Most sophisticated mammals, in particular primates, interact with the world to acquire knowledge and skills later exploitable to obtain biologically relevant resources. These interactions are driven by intrinsic motivations. Recent research on brain is revealing the system of neural structures, pivoting on superior colliculus, underlying trial-and-error learning processes guided by movement-detection, one important element of one specific type of intrinsic motivation mechanism. Here we present a preliminary computational model of such system guiding the acquisition of overt attentional skills. The model is formed by bottom-up attentional components, exploiting the intrinsic properties of the scene, and top-down attentional components, learning under the guidance of movement-based intrinsic motivation. The model is tested with a simple task, inspired by the 'gazecontingency paradigm' proposed in cognitive psychology, where looking some portions of the environment can directly change it. The tests of the model show how its integrated components can learn skills causing relevant changes in the environment while ignoring changes non-contingent to own action. The model also allows the presentation of a wider research agenda directed to build biologically plausible models of the interaction between overt attention control and intrinsic motivations.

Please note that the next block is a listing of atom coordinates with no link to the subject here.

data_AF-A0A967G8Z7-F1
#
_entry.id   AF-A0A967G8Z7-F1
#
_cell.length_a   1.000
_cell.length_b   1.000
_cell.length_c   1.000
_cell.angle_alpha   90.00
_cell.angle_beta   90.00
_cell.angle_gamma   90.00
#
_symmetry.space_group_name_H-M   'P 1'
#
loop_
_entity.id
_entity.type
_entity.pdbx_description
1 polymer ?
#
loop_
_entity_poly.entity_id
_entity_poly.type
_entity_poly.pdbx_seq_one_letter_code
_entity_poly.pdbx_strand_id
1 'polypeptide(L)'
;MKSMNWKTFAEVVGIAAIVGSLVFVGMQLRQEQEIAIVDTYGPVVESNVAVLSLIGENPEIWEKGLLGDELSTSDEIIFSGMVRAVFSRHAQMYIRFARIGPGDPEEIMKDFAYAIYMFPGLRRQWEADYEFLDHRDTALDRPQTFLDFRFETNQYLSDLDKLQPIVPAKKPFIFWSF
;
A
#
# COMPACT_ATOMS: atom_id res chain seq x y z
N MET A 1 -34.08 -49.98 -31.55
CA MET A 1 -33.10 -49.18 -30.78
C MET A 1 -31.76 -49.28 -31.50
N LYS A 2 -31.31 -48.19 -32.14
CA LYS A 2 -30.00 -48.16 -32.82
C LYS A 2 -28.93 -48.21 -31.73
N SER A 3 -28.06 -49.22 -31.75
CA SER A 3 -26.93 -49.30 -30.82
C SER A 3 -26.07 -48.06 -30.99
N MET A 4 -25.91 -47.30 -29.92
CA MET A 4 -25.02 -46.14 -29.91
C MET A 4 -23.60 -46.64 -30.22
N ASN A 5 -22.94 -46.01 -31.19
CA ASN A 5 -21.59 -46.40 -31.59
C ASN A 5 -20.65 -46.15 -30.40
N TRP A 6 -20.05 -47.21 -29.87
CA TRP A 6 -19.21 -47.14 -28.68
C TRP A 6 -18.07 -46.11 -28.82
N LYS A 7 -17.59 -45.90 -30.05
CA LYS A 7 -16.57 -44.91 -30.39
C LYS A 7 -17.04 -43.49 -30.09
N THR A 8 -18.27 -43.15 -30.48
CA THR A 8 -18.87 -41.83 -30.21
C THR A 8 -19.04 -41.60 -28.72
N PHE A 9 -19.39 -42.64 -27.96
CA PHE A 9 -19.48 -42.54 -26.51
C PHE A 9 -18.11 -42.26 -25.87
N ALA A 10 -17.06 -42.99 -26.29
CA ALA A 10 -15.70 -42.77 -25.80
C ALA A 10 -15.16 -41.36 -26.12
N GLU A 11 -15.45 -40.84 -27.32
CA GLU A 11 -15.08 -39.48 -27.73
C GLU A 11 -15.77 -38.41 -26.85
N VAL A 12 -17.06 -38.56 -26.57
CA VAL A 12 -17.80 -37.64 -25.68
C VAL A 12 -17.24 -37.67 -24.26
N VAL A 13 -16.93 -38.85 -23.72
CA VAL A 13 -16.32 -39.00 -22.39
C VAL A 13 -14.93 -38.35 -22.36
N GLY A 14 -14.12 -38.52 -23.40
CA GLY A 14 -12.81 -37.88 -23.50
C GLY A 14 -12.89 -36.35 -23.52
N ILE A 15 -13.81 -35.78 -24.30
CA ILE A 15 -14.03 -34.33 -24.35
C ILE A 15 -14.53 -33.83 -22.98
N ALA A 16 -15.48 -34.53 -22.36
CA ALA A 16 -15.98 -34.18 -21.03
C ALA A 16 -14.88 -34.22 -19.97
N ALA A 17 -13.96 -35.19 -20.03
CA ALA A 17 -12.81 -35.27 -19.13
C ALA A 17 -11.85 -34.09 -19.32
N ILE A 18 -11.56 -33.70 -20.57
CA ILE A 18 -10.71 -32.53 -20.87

Learning where to look with movement-based intrinsic motivations: a bio-inspired model
Contributo in atti di convegno
Fourth Joint IEEE International Conference on Development and Learning and on Epigenetic Robotics (ICDL-EpiRob2014), pp. 453–460, Genoa, Italy, 13-16 October 2014